Associated Press CEO Tom Curley said that the organisation is hoping to locate new sources of revenue and better licensing deals to make up for reduced income from newspapers and broadcasters in an interview after a meeting with employees on Tuesday. He also discussed initiatives to protect online content, according to a press release.
Although Curley did not offer details, he said that the AP expects its revenue to fall this year and next. The AP is lowering its fees for newspapers and broadcasters by a total of $45 million this year, following a reduction of $30 million this year. Such concessions reflect the need to take into account newspapers' and broadcasters' increasing financial difficulties. As a first step to survive with falling revenue, the organisation is planning to eliminate about 10% of its payroll costs by the end of the year through attrition and early retirement offers, and "hasn't ruled out layoffs."
With regards to new income, Curley identified new licensing contracts with the AP's largest Internet customers as his top priority. The AP made a licensing deal with Google in 2006 which allows Google News to host AP content, as it now does with several other wire services, and the current contract expires at the end of the year. Renegotiation could be tricky, and it is possibly the most important deal.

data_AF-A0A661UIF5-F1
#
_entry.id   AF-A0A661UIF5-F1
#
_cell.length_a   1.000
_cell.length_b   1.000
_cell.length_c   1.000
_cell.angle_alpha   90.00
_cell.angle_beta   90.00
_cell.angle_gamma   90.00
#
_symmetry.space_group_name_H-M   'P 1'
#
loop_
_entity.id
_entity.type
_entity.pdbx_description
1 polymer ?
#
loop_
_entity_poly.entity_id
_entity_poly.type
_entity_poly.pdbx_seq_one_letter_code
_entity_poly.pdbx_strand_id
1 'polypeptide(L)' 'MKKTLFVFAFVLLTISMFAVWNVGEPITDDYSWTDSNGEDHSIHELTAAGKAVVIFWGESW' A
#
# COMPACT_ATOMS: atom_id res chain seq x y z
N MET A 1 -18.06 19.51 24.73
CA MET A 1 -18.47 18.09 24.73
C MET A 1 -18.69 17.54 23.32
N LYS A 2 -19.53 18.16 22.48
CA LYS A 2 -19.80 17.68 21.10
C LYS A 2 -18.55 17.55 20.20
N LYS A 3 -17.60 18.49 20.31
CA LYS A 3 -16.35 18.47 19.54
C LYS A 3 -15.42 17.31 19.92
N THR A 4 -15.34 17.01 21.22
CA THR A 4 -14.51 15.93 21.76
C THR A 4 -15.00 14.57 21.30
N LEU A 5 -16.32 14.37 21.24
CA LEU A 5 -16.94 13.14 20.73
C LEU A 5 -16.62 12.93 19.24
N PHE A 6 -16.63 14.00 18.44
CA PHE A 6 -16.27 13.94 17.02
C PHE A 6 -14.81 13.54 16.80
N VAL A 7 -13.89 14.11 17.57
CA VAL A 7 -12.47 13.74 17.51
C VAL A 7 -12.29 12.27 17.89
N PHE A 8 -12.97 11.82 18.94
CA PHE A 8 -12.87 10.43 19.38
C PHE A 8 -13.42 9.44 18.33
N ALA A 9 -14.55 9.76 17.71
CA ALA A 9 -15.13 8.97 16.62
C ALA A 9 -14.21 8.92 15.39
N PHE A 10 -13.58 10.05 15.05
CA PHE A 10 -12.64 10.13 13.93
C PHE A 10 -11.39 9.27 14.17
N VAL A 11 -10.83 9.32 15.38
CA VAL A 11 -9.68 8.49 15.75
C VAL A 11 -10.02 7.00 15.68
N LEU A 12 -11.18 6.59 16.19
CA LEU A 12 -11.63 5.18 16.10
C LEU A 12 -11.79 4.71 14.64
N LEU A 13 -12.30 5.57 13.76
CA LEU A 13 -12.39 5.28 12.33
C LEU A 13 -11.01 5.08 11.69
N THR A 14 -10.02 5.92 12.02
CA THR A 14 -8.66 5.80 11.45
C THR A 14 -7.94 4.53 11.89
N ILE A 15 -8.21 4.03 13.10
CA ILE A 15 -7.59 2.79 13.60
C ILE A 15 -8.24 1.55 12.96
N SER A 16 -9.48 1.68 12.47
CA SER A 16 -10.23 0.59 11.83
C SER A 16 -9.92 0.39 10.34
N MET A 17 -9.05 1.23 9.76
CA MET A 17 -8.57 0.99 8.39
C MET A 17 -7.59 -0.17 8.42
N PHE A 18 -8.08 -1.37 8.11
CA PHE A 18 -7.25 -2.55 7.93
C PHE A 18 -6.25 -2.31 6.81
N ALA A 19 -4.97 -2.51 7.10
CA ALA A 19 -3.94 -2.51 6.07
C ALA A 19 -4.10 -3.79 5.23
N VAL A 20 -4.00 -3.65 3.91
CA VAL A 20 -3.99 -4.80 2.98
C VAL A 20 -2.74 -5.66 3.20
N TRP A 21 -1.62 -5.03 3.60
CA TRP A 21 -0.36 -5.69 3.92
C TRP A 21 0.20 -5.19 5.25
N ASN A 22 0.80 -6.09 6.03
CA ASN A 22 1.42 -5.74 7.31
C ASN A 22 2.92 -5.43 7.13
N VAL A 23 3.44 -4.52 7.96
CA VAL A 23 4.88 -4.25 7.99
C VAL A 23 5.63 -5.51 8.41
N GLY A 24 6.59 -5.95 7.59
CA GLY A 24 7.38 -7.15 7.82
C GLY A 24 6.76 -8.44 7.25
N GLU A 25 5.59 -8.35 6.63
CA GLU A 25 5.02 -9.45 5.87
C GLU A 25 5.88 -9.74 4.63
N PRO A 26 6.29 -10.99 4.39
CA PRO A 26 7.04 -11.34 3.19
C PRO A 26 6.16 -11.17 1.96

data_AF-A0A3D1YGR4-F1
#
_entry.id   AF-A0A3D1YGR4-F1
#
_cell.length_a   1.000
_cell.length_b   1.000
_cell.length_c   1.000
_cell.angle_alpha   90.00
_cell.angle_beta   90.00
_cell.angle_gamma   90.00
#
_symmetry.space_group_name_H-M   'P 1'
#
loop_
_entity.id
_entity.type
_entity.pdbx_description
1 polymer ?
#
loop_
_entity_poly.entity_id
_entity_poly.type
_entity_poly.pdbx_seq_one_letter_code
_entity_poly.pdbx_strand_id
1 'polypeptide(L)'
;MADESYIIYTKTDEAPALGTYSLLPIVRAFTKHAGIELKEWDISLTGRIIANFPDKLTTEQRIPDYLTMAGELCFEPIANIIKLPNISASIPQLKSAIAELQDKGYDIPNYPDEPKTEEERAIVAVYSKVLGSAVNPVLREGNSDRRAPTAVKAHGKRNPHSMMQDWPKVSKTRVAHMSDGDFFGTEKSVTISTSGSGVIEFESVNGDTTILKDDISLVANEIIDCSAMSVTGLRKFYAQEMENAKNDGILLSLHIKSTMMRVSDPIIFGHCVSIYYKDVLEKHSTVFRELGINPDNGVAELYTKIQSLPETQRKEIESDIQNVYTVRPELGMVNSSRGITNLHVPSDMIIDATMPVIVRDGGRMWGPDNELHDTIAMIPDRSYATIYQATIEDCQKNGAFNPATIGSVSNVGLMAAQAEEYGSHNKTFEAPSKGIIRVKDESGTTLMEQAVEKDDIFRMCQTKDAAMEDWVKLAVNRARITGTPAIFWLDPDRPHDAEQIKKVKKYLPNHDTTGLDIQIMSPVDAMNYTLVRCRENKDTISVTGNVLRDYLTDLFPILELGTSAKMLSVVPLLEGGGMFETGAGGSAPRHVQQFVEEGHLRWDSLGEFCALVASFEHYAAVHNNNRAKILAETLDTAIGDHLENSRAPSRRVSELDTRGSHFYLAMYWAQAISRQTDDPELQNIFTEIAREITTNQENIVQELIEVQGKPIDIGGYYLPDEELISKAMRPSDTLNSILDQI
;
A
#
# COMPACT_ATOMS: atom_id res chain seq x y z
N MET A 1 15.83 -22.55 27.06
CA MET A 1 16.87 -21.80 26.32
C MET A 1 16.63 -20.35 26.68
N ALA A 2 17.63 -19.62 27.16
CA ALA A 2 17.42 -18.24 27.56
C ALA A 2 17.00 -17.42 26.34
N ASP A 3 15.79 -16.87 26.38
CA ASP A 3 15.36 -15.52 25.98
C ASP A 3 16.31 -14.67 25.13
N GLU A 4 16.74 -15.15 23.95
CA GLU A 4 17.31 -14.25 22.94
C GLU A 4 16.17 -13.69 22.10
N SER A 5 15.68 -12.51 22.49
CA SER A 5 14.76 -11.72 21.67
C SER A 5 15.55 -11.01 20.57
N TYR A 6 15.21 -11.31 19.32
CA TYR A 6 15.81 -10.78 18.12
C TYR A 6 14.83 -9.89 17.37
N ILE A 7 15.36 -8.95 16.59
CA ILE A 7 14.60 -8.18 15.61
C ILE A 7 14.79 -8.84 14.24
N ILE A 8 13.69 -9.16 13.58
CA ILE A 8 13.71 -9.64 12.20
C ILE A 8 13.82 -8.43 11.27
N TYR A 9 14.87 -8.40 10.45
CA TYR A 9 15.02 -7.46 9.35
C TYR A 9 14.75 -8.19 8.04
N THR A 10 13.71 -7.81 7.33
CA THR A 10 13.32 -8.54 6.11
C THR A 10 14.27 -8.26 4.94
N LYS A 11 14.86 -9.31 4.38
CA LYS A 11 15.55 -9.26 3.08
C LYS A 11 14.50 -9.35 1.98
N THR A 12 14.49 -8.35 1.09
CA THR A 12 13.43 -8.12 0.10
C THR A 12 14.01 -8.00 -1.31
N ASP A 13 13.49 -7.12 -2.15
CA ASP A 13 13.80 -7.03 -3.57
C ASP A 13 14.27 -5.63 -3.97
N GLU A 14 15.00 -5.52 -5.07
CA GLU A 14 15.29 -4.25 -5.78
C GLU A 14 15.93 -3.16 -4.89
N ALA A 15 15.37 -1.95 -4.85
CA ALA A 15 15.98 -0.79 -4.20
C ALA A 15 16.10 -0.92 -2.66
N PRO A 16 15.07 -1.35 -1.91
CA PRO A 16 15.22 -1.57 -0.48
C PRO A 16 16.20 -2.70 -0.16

Conflict between Google and publishers has been growing in recent months over Google's practice of displaying headlines and story snippets and because of the fact that ad networks run by Google and others make it easy for websites that might have misappropriated newspaper content to profit from ads shown alongside. The AP is determined to track its online content more thoroughly.
Curley also mentioned that the AP might start charging readers for some content online and via mobile devices. It is also hoping to attract more revenue from advertising, via a collection of "landing pages" which would be organised by topic and would bring together the AP's top stories on an issue with those of newspapers and broadcasters, aiming to point readers to the most authoritative local sources of news.
This shifting business model, towards depending more directly on advertising and consumers for revenue, would herald a significant change for the AP, said the press release. The cooperative has traditionally generated the majority of its income from selling its material to other media. The landing pages also signal an increase in the organisation's direct contact with its readers, which has so far been limited in the absence of a consumer website.
Source: AP press release